Michael (mukashi_banashi) wrote in little_details,

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Attitudes about women / stolen weapons in Japan

Setting: My story deals with elements of Japanese folklore, so it takes place in a purposefully undefined year (the "once upon a time" -- or "mukashi mukashi" as is more appropriate in this case -- of fairy tales), but for the purposes of this question probably during the Sengoku (Warring States) period. But just because there are folkloric elements present, doesn't mean I'm adopting the "anything goes" attitude that is common in modern fantasy. I want things to be as culturally and historically accurate as possible. The particular part of the story I'm working on now takes place in Suruga province, now Shizuoka Prefecture, in a small rice-farming village.

Searches tried: I've Googled a few phrases, but none of them turn up anything even remotely relevant, let alone helpful. I just can't think of how to effectively put this question into a Google search.

The Question(s): A girl of fifteen years is found on the village boundary, with a short sword (wakizashi) in her possession. It doesn't matter how she got it, let's just assume she stole it, because that is what the villagers assume. So they confiscate the sword and take it and the girl to the village headman.

Now, I have a couple questions about this scenario. I'm pretty sure that historically Japanese people have been against women carrying weapons. But I'd like to have more information about these opinions, perhaps some sort of philosophical reasons behind it, or just some general expounding on their views. Just to have the whole thing clarified to me. This kind of thing seems like something that would be easy to mistakenly impress one's modern viewpoints on, so I'd like as much information as possible on historical Japanese attitudes toward women concerning war and the possession of weapons.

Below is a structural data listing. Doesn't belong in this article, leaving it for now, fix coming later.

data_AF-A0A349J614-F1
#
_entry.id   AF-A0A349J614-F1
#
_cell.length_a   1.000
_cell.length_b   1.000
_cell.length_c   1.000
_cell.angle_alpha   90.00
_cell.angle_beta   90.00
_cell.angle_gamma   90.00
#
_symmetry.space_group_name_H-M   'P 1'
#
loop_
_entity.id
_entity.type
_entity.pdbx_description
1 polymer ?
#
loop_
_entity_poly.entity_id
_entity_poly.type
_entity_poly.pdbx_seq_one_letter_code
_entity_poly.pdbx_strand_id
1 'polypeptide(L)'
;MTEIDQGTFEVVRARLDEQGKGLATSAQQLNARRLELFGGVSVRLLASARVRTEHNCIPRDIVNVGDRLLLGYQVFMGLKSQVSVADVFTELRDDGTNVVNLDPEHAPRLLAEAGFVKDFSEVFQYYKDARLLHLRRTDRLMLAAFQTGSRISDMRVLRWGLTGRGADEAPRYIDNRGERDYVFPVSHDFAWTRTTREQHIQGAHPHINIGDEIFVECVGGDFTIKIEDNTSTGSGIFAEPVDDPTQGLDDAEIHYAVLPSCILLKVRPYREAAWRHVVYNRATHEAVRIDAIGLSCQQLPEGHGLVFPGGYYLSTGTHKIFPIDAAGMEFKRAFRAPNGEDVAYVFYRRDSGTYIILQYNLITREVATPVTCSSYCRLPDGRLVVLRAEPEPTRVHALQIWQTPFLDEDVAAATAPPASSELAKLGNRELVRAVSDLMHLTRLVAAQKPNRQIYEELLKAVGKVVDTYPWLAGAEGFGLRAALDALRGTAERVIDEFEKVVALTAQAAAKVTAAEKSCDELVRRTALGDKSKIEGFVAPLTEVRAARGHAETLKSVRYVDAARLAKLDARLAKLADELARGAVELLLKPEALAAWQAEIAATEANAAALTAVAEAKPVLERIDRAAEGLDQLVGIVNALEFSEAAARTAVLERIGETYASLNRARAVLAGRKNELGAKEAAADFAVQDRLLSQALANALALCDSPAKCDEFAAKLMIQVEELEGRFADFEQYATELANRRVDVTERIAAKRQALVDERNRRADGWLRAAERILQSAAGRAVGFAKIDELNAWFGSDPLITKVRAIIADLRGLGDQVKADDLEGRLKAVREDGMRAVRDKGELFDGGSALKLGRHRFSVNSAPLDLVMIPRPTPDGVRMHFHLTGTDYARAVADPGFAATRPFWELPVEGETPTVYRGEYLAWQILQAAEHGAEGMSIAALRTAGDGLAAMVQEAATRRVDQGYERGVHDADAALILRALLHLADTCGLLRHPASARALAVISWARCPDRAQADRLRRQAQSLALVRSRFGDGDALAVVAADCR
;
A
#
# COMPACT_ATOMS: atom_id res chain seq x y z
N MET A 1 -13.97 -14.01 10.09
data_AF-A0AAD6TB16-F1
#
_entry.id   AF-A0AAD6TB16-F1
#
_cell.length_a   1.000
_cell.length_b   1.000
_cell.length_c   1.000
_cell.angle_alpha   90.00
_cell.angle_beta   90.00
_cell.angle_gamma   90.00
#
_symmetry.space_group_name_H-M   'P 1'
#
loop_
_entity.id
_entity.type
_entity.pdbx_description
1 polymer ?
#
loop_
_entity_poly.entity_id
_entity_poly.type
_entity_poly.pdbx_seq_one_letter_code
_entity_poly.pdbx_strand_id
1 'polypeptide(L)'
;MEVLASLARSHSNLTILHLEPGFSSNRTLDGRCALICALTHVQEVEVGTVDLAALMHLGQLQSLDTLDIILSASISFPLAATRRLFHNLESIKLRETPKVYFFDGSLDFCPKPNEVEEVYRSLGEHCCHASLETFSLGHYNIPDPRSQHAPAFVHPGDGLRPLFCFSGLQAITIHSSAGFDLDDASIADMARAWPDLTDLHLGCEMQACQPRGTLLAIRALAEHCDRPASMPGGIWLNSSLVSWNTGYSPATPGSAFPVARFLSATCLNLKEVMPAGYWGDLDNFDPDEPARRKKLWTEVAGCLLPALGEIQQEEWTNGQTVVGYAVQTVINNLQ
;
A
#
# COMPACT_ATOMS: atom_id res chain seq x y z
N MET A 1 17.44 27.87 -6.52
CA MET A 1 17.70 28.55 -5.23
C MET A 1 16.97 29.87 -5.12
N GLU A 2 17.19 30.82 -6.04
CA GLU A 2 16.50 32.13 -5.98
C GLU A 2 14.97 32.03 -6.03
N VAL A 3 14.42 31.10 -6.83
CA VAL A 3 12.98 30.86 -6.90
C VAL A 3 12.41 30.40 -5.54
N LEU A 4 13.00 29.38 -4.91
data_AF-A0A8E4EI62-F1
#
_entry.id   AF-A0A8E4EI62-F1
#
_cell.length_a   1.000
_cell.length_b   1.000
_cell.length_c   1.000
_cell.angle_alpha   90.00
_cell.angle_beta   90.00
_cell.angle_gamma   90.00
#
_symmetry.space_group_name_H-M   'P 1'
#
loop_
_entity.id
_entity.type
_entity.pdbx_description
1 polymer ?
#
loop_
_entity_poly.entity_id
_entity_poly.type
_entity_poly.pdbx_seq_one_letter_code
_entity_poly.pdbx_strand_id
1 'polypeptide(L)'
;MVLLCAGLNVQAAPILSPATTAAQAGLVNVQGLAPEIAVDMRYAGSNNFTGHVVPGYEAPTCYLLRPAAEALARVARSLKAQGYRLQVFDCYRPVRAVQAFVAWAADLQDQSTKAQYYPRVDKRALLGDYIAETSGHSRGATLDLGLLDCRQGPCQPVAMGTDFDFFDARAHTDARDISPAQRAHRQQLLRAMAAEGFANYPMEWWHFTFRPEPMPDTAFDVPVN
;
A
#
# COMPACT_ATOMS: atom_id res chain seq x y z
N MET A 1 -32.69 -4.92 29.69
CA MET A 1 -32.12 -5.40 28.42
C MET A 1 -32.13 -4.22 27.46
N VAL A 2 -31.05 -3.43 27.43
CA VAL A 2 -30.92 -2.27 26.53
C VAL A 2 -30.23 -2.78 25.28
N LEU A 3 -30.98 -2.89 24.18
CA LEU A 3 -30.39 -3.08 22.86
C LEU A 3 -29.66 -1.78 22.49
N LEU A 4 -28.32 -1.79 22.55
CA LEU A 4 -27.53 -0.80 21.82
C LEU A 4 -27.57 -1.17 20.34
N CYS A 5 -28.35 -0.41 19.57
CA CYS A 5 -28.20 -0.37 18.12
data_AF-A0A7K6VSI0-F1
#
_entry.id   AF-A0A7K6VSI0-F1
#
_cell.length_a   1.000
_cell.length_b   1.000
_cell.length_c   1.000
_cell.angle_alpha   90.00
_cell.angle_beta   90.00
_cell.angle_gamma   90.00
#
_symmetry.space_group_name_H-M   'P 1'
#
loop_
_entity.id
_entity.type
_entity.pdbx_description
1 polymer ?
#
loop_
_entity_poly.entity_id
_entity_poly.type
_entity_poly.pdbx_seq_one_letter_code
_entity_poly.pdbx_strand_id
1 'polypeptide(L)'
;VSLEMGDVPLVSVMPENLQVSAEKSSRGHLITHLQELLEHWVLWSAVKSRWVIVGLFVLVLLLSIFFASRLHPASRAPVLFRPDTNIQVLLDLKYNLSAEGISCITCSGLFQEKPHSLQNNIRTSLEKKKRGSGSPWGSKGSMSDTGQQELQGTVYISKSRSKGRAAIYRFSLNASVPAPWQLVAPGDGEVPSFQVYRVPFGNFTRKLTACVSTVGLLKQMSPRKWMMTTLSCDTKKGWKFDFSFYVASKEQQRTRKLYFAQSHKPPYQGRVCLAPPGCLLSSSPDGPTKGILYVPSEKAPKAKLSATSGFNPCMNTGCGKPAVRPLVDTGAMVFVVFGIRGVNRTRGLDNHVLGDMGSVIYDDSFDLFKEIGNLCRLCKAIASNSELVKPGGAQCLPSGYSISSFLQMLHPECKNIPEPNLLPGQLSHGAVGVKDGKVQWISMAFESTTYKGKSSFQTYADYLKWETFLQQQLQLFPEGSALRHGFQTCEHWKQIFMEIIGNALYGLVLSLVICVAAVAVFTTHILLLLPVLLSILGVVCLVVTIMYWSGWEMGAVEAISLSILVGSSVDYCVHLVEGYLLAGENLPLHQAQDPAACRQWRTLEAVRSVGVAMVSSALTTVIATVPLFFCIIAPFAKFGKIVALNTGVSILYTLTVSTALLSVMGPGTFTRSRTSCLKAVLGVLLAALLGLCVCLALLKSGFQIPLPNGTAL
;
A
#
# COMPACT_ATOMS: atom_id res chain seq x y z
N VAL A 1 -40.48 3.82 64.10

Secondly, what consequences would this girl face when discovered with a stolen weapon? Would she be punished within the village, or would the villagers have to notify local but higher authorities? Would she be locked up? Or did Japanese villages even have a place to lock up prisoners like this? Is this situation completely without precedence? (It's okay if it is, I just want to know how to handle it in a way that comes off as believable and accurate.) Is there any way in which the girl would be allowed to stay in the village, if her crime was seen as small and she had done some small sort of sentence? This is what I'd like to do, if it's at all historically and culturally possible. I'm completely in the dark on this, so any information would be helpful.

Let me know if there's any other information I can provide. I'd especially like relevant book reccomendations, if anyone has them. Thank you very much! EDIT: Okay, cool. I think I have enough information here. Thanks, everyone! (Still taking book reccomendations, though!)
Tags: 1400-1499, 1500-1599, 1600-1699, japan: history

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